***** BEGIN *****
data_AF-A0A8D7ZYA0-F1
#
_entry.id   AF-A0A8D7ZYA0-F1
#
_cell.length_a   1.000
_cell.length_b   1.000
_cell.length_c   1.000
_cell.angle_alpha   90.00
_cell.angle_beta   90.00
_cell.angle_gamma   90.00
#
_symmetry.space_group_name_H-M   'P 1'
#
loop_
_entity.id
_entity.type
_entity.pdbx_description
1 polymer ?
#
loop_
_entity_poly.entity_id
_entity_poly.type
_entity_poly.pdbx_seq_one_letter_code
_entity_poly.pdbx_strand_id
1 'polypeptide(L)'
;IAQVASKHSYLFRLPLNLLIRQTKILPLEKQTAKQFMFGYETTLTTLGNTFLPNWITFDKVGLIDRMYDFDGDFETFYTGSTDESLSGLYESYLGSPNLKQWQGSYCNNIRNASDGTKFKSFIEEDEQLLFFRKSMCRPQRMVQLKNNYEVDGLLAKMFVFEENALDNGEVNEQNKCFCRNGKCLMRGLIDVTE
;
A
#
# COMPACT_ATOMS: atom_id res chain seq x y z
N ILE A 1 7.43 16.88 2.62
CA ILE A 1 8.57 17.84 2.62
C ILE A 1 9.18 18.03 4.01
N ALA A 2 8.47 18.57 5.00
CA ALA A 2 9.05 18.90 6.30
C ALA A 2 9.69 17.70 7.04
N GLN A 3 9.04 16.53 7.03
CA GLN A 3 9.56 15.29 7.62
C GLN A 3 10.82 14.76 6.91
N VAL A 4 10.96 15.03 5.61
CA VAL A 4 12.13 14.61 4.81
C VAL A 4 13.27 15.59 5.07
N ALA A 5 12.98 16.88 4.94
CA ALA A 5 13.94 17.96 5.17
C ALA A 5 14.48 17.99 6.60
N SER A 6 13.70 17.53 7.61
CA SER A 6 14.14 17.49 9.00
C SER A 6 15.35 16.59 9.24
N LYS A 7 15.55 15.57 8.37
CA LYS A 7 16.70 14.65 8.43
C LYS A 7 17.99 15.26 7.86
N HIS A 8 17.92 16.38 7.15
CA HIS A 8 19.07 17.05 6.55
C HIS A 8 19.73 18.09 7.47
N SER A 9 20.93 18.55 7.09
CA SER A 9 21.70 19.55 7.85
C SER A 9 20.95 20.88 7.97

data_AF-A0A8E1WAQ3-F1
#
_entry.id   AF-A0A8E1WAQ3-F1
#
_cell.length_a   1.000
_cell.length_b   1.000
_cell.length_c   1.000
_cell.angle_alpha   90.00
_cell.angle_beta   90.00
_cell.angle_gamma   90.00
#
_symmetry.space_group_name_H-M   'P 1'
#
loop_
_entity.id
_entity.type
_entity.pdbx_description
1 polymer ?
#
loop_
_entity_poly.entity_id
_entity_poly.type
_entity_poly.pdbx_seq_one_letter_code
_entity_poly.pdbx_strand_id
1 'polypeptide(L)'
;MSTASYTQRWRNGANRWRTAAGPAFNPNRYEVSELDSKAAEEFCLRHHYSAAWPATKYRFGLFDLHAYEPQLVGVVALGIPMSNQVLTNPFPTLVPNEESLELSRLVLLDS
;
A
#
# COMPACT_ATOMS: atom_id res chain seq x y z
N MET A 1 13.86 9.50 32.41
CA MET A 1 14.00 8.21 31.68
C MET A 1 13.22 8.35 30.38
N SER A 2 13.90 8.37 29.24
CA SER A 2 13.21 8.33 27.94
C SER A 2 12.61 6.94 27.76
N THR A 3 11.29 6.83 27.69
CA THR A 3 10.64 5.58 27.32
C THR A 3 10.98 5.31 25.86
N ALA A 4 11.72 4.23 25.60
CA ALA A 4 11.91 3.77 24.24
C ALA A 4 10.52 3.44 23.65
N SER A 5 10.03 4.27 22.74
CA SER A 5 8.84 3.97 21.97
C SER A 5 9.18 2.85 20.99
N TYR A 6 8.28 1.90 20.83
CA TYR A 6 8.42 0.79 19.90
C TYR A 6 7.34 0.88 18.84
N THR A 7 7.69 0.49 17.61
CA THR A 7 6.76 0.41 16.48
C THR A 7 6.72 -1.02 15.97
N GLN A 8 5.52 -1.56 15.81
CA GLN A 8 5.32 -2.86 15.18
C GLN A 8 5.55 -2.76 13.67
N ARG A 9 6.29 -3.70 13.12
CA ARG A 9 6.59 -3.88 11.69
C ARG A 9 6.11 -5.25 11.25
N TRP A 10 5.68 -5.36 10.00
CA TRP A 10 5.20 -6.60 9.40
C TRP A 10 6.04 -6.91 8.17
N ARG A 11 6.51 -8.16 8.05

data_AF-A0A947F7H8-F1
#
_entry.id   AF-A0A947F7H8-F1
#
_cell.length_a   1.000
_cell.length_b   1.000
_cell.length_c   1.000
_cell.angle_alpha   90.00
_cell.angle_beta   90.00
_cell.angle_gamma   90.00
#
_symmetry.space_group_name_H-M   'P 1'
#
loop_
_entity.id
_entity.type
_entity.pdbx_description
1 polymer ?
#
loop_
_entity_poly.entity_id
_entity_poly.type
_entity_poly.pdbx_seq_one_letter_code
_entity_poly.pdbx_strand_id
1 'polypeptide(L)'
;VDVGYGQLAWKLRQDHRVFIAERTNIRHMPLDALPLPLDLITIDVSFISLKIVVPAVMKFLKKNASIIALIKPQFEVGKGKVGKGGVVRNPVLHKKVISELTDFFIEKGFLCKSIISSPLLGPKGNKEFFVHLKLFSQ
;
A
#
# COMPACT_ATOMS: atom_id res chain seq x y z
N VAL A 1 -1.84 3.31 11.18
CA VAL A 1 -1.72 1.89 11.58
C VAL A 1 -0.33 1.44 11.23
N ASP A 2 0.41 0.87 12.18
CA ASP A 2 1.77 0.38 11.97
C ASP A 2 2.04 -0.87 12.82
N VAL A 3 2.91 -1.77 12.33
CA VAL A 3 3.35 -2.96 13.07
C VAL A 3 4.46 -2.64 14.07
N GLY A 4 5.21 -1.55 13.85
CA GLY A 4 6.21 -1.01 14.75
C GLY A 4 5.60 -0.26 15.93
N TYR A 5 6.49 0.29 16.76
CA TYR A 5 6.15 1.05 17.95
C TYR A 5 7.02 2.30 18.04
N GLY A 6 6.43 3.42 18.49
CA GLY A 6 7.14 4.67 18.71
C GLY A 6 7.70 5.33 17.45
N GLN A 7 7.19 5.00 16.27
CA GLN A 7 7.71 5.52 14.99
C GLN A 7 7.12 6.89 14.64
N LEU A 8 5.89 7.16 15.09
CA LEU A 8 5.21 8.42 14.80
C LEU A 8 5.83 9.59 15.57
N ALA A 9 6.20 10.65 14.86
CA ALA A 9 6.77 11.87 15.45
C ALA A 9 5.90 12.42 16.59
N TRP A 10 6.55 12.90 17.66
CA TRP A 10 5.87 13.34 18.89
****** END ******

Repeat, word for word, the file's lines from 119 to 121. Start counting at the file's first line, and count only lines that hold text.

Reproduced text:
data_AF-A0A947F7H8-F1
#
_entry.id   AF-A0A947F7H8-F1